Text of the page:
|High school||Corbin (KY)|
|Born:||February 11, 1938|
|Died:||June 19, 2013 (aged 75)|
|Height||6 ft 2 in (1.88 m)|
|Weight||185 lb (84 kg)|
|Career highlights and awards|
James Calvin Bird (February 11, 1938 – June 19, 2013) was an American football player who played college football for the Kentucky Wildcats of the University of Kentucky and spent an off-season in the American Football League (AFL) with the New York Jets.
Early life and high school
Bird grew up in Corbin, Kentucky and played football and basketball and ran track at Corbin High School. He was one of four brothers, all of whom played sports at Corbin and later in college. In football, he led his team to the state championship as a junior and was selected All-State as a junior and senior. He also set the state scoring record his junior year and the national scoring record his senior year, the latter in which he scored 264 points. In basketball, he averaged 32 points per game as a senior. The school later retired his No. 66 football jersey.
Bird attended the University of Kentucky and played football for head coach Blanton Collier. He played five positions for the Wildcats, including halfback, kick returner, wide receiver, and defensive back. He was chosen as Southeastern Conference (SEC) Sophomore of the Year in 1958 after leading the conference in receptions and receiving yards. He was a second-team All-SEC selection in 1959 and a first-team All-SEC selection as a senior in 1960.
Bird led Kentucky in receiving and all-purpose yards in each of his three seasons playing for the team. His proudest achievement was beating Tennessee all three seasons. In 1958 and 1959 he scored every point Kentucky made against Tennessee. He played in three all-star games following his senior season and was the most valuable player of the All-American All-Star Game. In 1997 his No. 21 jersey was retired by Kentucky. In 2005, he was elected as a charter member into the University of Kentucky Athletics Hall of Fame.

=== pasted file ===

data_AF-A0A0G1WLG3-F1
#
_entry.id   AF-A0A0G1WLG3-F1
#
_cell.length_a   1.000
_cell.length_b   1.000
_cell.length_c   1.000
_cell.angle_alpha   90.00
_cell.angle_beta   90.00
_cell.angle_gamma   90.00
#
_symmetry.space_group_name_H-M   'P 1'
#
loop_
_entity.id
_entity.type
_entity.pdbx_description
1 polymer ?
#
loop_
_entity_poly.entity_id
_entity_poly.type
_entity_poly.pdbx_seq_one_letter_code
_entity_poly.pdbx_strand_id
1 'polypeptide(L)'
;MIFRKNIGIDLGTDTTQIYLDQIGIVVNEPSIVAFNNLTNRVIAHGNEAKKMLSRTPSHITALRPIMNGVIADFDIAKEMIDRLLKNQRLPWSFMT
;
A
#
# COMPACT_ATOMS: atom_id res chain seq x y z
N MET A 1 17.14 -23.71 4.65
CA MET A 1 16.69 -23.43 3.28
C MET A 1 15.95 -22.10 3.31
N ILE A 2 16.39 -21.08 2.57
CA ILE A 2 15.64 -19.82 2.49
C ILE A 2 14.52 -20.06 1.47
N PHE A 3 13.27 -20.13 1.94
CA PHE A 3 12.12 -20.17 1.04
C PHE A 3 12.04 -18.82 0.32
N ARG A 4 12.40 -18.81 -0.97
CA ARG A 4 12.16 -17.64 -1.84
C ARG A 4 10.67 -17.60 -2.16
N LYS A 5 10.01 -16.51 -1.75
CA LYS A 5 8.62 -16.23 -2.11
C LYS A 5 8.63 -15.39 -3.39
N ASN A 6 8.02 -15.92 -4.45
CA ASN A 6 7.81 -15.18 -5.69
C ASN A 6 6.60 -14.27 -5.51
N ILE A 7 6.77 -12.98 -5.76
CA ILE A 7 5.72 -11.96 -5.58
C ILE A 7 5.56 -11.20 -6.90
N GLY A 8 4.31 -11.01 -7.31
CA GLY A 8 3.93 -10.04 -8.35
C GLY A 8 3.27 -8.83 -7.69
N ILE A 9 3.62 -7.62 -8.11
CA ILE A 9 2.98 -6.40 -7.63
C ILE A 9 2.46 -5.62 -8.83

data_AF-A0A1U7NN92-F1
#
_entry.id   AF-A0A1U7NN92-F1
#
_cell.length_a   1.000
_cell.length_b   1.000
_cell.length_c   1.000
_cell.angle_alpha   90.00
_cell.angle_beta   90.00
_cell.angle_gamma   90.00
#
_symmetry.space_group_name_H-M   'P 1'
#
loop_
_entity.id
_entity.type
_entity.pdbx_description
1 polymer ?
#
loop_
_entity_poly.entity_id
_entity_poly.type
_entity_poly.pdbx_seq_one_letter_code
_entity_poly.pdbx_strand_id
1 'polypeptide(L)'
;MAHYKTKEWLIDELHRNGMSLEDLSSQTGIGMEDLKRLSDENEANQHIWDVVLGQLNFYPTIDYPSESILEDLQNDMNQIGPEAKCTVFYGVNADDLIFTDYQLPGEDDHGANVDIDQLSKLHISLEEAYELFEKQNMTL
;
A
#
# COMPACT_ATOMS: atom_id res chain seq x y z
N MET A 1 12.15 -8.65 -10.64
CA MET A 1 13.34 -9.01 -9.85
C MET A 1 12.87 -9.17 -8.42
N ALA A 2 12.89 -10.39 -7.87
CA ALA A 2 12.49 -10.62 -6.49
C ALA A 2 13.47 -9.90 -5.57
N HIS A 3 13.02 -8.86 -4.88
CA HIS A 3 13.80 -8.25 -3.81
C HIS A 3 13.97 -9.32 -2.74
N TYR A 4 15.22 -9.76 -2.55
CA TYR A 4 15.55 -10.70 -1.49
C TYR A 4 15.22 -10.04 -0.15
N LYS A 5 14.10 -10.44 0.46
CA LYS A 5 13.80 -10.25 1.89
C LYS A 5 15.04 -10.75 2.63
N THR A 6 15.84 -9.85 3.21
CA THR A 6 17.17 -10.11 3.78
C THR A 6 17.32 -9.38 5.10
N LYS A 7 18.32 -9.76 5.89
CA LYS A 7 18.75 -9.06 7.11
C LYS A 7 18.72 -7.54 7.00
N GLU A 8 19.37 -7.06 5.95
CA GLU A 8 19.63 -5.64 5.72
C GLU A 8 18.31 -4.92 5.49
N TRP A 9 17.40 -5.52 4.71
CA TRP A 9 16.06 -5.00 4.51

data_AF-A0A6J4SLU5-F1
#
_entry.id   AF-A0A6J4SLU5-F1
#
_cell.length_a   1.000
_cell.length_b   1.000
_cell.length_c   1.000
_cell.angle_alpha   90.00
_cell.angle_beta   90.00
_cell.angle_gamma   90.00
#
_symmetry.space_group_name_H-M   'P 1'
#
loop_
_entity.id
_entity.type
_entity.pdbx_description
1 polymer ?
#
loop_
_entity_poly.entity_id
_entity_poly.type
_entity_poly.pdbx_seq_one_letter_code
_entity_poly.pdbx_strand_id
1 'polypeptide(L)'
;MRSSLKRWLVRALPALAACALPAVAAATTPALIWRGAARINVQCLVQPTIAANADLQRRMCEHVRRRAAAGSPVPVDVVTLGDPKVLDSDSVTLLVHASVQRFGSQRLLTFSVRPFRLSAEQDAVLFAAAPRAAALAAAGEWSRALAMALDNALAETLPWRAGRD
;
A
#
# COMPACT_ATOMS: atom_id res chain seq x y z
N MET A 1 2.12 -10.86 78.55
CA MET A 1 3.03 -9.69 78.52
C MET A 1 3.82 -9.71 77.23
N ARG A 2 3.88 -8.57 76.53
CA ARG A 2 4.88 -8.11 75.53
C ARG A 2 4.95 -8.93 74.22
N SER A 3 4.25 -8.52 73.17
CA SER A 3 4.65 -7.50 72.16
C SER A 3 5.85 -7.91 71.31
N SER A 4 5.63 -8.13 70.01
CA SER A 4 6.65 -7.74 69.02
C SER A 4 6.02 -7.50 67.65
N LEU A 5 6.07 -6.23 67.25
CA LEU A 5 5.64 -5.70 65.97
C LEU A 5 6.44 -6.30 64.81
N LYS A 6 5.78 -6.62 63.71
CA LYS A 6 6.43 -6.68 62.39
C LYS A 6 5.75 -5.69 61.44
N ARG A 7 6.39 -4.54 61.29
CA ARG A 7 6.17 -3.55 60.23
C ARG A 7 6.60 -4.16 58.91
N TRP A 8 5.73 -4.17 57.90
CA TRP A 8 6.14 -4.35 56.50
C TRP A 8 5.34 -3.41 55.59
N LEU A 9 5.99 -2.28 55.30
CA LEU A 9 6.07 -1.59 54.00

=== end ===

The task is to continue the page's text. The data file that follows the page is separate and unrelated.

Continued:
Pro football and later life
Bird was drafted in 1961 by the Cleveland Browns of the National Football League and the San Diego Chargers of the American Football League, though he did not play for either team. He joined the New York Jets in the summer of 1963 as a wide receiver, but was cut by the team before the season and did not see any playing time. He married while a senior at Kentucky to Okeh Jean in 1960, and they remained together until his death 53 years later on June 19, 2013.
Bird and his three brothers—Jerry, Rodger, and Billy—each played sports in high school and at the University of Kentucky. Jerry played basketball for Kentucky from 1954 to 1956, and his No. 22 jersey is retired by the Kentucky basketball team. Billy played football at Kentucky in the early 1960s. Rodger was a two-time All-SEC halfback for the Wildcats in 1964 and 1965 and played three seasons in the AFL for the Oakland Raiders. His jersey was also retired by Kentucky.
- "United States Social Security Death Index," database, FamilySearch (https://familysearch.org/ark:/61903/1:1:KLQL-YF5 : accessed 11 February 2016), Calvin Bird, 19 June 2013; citing U.S. Social Security Administration, Death Master File, database (Alexandria, Virginia: National Technical Information Service, ongoing).
- Scoggins, Katherine (June 18, 2013). "Kingsport resident is among the legends featured in 'The Boys from Corbin'". Kingsport Times-News. Retrieved February 10, 2016.
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- "James Calvin Bird Obituary". The Times-Tribune. Corbin, KY. June 24, 2013. Retrieved February 11, 2016.
- Knuckles, Trent. "Hundreds gather to remember Calvin Bird at Corbin ceremony". News Journal (July 3, 2013). Kentucky. Retrieved February 11, 2016.
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- Ward, Karla (June 22, 2013). "UK football great James Calvin Bird dies at age 75". Lexington Herald-Leader. Retrieved February 11, 2016.
- "Kentucky Drafted Players/Alumni". Pro-Football-Reference. Sports Reference LLC. Retrieved February 11, 2016.
- John, Hogrogian (1995). "The Jets' First Training Camp" (PDF). The Coffin Corner. 17 (3): 2, 6. Retrieved February 11, 2016.
- "Rodger Bird is SEC Football Legend". UK Athletics. Archived from the original on 2016-02-16. Retrieved February 11, 2016.
- "Rodger Bird NFL & AFL Football Statistics". Pro-Football-Reference. Retrieved February 11, 2016.